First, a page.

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water, water everywhere
In addition to waste and energy, water use is the third audit you can perform on your practice in your quest to become more environmentally friendly. In addition to a water-efficient clothes washer, check the water use for other appliances used in your practice such as water softeners, and if you don’t already have one, consider installing a dual flush toilet, says Waddington.

If you share office space with other tenants, you can approach the others to work together. “Try to get something going with the whole office,” suggests Waddington. “You can do the research and share it.” Waddington also suggests creating a “green bulletin board” or newsletter to share information with other tenants and your clients.

Doing their part
Massage therapists across the country are quietly doing their part to minimize their impact on the environment. Stephanie Mosselman, a Kitchener, Ont.-based RMT, has been slowly making changes to make her practice greener. “I believe in doing my part and making small changes that hopefully join up with other people making small changes to effect a larger change,” she explains.

Mosselman’s office has substituted hand towels in place of paper in the washrooms and switched to castile or other eco-friendly hand soaps. Mosselman purchases her oils and lotions from a local company in recyclable four litre jugs that she picks up at the store to eliminate unnecessary packaging during shipping.

Glass bottles are washed, disinfected and reused to store lotions. “The glass bottles don’t break down the way plastic bottles do,” says Mosselman, who also uses a reusable glass drinking water bottle for herself.

For cleaning her massage therapy room and table, she makes her own cleaning spray with water, vinegar, and essential oils, and uses cloth instead of paper towels.

When it comes to laundry, RMTs are laundry experts, says Mosselman. She switched to cold water and eco-friendly detergents and uses dryer balls in the dryer.

Cutting down on the amount of paper used in her practice for record keeping is one area Mosselman still hopes to tackle. “Someday I hope to do all my intake forms, charting and record keeping in a paperless way,” she says.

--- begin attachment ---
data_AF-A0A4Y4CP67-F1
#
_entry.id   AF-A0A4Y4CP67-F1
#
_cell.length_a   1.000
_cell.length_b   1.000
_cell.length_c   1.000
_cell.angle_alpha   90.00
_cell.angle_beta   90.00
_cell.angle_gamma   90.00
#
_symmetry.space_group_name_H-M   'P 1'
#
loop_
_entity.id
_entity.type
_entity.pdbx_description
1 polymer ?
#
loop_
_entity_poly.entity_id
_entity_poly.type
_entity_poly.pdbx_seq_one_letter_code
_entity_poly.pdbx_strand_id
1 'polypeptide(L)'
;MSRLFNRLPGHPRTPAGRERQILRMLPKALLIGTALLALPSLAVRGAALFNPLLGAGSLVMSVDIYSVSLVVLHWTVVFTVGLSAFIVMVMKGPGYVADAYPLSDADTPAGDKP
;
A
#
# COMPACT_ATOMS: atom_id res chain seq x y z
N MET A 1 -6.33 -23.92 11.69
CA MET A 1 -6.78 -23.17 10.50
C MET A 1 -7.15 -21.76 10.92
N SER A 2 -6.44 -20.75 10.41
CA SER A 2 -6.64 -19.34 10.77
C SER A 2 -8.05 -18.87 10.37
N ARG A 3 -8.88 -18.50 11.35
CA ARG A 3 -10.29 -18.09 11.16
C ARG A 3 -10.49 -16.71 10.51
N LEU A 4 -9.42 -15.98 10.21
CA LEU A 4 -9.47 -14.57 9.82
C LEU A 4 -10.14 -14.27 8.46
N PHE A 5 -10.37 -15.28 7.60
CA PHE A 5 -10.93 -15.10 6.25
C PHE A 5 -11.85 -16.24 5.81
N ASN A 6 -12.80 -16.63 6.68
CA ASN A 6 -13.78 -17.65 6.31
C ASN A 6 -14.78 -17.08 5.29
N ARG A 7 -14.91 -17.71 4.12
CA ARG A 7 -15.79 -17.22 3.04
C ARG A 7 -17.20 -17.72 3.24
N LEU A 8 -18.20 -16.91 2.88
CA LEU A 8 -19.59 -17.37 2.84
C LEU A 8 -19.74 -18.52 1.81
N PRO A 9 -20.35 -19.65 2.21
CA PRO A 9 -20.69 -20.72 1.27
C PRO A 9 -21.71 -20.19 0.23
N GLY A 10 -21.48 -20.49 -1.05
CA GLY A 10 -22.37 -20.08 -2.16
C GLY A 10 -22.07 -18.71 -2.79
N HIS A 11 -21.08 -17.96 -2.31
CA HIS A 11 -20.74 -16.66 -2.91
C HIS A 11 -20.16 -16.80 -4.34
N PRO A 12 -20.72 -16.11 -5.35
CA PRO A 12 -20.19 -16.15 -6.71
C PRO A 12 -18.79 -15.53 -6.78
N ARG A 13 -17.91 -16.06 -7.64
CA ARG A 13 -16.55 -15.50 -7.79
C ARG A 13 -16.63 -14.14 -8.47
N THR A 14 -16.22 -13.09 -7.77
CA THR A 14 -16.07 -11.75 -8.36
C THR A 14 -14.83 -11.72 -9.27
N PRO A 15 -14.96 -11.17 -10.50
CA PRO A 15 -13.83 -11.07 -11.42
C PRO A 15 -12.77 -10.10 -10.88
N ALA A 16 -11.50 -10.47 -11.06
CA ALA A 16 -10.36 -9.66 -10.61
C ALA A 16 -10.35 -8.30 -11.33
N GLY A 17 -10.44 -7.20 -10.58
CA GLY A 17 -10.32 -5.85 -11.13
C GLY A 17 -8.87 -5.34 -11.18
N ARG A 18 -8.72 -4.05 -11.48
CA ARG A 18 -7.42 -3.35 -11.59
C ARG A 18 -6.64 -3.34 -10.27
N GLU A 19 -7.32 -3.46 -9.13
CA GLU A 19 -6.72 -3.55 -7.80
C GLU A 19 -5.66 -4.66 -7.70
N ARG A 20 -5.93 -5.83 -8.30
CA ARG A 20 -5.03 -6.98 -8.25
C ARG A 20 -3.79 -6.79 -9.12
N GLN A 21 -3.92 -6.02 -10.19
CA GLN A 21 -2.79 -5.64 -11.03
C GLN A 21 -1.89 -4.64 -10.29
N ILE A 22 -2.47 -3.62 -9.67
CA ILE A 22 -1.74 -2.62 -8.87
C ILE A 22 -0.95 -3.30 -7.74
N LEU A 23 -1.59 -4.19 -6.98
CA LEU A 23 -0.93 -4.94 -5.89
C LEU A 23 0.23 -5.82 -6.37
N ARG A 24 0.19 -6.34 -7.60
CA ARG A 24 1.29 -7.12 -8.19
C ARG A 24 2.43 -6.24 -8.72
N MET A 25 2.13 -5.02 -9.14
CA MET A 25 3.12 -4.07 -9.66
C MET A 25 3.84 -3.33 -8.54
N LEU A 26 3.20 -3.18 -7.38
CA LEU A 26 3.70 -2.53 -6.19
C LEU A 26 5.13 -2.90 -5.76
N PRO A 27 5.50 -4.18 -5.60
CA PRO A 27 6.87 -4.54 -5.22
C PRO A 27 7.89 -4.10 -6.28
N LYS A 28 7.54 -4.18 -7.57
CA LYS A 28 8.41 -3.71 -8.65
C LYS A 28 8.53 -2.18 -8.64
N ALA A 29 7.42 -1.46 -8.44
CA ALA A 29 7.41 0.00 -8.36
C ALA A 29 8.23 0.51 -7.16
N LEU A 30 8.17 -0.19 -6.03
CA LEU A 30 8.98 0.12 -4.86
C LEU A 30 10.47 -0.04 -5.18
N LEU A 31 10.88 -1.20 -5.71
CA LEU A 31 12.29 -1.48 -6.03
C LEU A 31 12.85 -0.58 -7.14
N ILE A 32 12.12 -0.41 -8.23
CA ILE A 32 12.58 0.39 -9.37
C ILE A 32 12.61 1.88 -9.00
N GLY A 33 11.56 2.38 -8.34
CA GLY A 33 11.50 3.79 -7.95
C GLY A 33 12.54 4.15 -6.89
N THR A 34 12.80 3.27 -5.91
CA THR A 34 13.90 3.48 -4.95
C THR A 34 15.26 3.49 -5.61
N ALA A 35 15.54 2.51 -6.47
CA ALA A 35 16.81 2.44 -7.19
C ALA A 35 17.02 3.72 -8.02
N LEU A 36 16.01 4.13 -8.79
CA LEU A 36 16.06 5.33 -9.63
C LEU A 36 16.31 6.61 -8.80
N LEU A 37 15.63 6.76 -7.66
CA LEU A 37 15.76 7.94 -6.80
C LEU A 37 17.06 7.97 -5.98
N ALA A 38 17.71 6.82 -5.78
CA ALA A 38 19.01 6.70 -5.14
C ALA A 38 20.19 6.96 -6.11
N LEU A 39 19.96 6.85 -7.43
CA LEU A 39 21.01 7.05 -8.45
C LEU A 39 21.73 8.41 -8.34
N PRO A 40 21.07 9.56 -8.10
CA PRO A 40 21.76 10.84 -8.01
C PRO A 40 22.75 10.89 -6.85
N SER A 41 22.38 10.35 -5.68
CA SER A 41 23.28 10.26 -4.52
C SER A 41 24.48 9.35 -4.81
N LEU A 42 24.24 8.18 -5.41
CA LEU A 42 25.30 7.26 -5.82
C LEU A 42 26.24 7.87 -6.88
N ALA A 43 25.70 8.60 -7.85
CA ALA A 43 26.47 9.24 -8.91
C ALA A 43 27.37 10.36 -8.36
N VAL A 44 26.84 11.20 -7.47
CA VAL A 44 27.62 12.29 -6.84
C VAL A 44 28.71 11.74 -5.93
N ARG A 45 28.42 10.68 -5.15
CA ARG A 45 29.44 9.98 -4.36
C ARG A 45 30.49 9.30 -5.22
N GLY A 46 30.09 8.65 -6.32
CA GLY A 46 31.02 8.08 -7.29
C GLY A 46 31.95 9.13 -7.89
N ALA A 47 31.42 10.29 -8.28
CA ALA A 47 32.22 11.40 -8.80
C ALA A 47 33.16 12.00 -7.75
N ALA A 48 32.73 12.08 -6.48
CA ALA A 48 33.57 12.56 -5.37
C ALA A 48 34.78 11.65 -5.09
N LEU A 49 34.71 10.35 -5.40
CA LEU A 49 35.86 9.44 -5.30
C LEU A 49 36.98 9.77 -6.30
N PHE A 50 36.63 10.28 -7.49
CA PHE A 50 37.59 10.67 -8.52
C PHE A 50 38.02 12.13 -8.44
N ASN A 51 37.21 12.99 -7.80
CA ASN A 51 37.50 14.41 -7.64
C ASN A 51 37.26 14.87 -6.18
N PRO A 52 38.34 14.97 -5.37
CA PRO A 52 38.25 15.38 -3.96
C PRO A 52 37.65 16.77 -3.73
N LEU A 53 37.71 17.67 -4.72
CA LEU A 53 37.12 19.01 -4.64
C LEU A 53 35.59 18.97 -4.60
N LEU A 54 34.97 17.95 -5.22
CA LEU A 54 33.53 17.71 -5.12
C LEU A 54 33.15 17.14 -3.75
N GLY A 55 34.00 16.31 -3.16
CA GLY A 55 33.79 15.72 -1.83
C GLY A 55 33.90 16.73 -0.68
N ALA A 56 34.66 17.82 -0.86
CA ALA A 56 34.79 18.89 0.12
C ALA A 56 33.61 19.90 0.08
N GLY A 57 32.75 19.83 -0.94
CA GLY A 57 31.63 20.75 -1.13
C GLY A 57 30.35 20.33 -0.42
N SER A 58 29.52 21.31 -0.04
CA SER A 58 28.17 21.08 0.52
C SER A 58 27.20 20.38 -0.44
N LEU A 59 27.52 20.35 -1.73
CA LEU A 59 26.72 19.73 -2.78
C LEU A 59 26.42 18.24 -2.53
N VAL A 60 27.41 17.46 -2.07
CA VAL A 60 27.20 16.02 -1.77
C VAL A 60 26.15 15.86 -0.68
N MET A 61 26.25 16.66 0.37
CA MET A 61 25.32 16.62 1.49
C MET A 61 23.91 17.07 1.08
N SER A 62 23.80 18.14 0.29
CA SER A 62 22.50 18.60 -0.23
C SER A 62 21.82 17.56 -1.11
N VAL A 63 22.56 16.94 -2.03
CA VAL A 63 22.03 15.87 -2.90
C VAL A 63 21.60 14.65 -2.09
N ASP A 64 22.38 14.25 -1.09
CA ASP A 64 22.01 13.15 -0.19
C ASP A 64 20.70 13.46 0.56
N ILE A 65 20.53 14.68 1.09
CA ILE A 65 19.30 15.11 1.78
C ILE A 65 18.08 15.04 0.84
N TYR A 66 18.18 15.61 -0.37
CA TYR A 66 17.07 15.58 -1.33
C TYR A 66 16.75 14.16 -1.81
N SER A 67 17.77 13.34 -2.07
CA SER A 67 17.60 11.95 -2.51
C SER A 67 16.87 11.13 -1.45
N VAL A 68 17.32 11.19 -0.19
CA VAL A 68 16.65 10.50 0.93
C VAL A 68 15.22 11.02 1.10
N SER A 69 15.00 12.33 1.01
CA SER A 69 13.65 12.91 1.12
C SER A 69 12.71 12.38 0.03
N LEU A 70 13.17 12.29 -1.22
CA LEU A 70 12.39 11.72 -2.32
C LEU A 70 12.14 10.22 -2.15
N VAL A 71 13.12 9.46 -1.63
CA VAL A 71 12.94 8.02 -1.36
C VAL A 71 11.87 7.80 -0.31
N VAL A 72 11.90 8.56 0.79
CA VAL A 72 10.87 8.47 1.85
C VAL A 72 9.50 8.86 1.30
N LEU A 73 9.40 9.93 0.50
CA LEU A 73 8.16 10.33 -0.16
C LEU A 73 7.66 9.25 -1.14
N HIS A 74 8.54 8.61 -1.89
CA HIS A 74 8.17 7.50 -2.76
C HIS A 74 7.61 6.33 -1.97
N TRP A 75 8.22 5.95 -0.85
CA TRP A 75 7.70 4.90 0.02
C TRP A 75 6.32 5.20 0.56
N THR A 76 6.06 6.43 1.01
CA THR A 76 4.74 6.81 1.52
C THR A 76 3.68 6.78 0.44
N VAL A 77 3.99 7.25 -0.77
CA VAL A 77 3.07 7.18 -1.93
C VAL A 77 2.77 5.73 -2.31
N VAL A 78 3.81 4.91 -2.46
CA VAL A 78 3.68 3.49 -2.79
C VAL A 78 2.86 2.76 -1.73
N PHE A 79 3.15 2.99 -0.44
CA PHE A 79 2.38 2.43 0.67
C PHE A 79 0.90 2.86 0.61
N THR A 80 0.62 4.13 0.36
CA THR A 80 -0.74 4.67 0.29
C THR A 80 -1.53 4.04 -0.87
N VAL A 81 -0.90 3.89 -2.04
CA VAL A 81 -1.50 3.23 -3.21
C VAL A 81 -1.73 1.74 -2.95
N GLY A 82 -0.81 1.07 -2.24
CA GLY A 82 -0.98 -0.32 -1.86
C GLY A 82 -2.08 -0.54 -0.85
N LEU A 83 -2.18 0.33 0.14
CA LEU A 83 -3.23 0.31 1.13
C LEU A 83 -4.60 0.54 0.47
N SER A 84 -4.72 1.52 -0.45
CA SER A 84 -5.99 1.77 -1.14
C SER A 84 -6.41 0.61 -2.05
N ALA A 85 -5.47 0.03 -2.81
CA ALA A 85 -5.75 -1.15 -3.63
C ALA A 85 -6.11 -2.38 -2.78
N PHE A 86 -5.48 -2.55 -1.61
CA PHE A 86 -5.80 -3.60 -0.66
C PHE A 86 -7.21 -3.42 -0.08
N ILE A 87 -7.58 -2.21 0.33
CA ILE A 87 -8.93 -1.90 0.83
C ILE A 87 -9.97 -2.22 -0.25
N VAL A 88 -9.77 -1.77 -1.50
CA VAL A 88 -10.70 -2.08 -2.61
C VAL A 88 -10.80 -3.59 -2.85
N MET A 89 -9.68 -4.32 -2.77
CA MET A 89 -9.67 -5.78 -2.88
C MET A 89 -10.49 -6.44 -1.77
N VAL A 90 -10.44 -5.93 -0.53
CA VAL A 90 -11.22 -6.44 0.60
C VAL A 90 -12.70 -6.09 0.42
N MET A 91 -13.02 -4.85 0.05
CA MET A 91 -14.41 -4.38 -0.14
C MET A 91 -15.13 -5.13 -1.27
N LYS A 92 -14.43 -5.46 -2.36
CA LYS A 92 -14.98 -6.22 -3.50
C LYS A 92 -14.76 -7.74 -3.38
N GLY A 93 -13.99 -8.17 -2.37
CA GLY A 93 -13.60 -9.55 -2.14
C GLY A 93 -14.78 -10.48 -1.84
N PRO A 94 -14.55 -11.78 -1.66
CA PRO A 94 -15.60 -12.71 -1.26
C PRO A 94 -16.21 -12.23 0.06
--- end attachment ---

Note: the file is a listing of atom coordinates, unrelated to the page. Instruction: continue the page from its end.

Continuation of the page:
For Sophi Robertson, learning that hundreds of thousands of disposable coffee cups are thrown away every day in Toronto got her thinking about how she could reduce waste. “It was like a switch,” says the Toronto-based RMT, who now strives for a zero-waste lifestyle at home and aims to reduce waste where she can in her massage practice.

When Robertson brings food in a reusable container for a waste-free lunch – she even brings her own container if she goes to a local restaurant for take-out. Although Robertson thinks she may have been the first person to ask for this option, the restaurant now gives a discount for supplying your own container, she says.

Other ways that Robertson reduces waste at the office include taking compostable and recyclable waste home from the office since these services are not available in her building, making her own “wet wipes” for cleaning by cutting up old T-shirts and a DIY cleaning solution, and emailing receipts unless a client requests a printed copy.

Take an audit of your practice today – you may be surprised where you can cut the waste out of your life.


  • The Green Office Toolkit from the Canadian Coalition for Green Health Care is filled with practical and affordable ideas to make eco-friendly office improvements:
  • You can find a list of toxic chemicals on the Environment Canada website at
  • Check with your local utilities and municipalities for environmental incentives and programs.
  • Learn more about Energy Star certified appliances at the Natural Resources Canada website:
  • To find rebates for purchasing Energy Star appliances, go to the searchable database at Natural Resources Canada:

Helen Lammers-Helps has more than 20 years’ experience writing about diverse subjects including business, environment, sustainability, food, gardening, and agriculture for a variety of publications and websites. She is a member of the Professional Writers Association of Canada.